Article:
Cambridge-based collaboration reveals new insights about Alzheimer’s disease in adults with Down syndrome in upcoming Lancet publication
Almost all people with Down syndrome develop the neuropathological changes of Alzheimer’s disease by their forties but lack clinical symptoms. Dr Shahid Zaman (Consultant Psychiatrist, CPFT and Affiliated Lecturer, Dept. of Psychiatry) for the first time, in collaboration with Dr Juan Fortea at The Hospital of Sant Pau, the Catalan Foundation for Down, Barcelona, Spain describe the natural history of Alzheimer’s disease in people with Down syndrome in a publication for The Lancet.
The study shows that changes in cognitive, biochemical and imaging biomarkers of Alzheimer’s disease start more than 20 years before the onset of clinical symptoms. This long preclinical phase, in which biomarkers change following a predictable sequence, is surprisingly like that described in Alzheimer’s disease in the general population.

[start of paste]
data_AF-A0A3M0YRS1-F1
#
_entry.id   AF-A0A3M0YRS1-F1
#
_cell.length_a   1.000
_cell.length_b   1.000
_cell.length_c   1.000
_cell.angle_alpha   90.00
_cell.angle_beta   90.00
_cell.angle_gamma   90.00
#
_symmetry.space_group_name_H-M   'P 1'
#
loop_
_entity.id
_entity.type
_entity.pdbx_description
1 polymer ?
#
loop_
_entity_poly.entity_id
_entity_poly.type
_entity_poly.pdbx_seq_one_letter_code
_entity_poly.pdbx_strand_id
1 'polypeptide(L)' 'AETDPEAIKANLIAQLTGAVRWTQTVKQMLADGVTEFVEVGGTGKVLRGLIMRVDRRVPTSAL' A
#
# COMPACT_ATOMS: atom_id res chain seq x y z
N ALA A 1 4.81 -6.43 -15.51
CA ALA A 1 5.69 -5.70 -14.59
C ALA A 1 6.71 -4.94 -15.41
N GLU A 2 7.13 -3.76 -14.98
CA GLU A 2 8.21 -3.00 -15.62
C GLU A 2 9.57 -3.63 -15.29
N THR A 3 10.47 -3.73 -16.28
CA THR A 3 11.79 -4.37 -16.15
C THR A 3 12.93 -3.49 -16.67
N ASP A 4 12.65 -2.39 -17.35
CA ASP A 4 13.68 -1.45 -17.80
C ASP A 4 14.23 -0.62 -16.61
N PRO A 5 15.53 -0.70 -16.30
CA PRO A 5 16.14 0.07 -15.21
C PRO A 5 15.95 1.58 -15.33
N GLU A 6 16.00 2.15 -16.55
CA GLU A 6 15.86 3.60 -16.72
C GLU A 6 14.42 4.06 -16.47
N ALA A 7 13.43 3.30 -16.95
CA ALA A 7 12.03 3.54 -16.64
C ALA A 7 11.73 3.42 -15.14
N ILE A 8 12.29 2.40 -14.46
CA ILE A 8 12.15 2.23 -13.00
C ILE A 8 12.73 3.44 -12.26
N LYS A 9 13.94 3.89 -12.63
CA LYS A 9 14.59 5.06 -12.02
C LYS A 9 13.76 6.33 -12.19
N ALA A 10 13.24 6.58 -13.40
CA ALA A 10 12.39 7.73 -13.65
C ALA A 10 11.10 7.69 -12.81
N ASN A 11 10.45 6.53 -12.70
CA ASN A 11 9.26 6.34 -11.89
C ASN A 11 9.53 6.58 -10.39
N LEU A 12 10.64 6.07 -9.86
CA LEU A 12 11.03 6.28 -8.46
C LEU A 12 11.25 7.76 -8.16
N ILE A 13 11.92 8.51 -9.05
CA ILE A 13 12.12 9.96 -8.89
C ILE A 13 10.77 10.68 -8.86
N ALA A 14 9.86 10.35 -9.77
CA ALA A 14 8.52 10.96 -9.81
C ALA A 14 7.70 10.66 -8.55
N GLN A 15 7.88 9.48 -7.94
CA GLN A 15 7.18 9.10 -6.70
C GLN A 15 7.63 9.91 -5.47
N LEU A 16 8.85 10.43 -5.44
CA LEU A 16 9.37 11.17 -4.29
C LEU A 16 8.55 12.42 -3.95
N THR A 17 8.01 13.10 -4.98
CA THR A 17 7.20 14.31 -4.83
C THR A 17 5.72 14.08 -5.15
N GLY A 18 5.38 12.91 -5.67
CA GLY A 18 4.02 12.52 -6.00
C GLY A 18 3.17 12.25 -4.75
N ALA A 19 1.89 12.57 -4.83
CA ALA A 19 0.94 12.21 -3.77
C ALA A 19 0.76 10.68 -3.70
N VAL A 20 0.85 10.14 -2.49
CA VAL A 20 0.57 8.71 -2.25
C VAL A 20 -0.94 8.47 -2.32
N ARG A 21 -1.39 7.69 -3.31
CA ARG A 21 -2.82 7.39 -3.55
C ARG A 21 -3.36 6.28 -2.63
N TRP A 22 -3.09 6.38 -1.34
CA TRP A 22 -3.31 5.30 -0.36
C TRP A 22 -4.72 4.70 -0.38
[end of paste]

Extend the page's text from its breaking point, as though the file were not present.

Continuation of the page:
The order and temporality of these changes is also surprisingly similar to those described in autosomal dominant Alzheimer’s disease, a very rare hereditary form of the disease caused by mutations in some genes (including the amyloid precursor protein gene), and which also has an early onset (often before the age of 55).
The earliest changes found in the study started in adults with Down syndrome at age 30. A better understanding of this preclinical phase is essential in the development of clinical trials aimed towards preventing or moderating the progression of Alzheimer’s disease in Down syndrome.
The biomarkers described in this work could be useful for selecting therapeutic targets and for monitoring the response to a potential treatment. Clinical trials to prevent Alzheimer’s disease are essential for people with Down syndrome, and they might prove beneficial for the general population.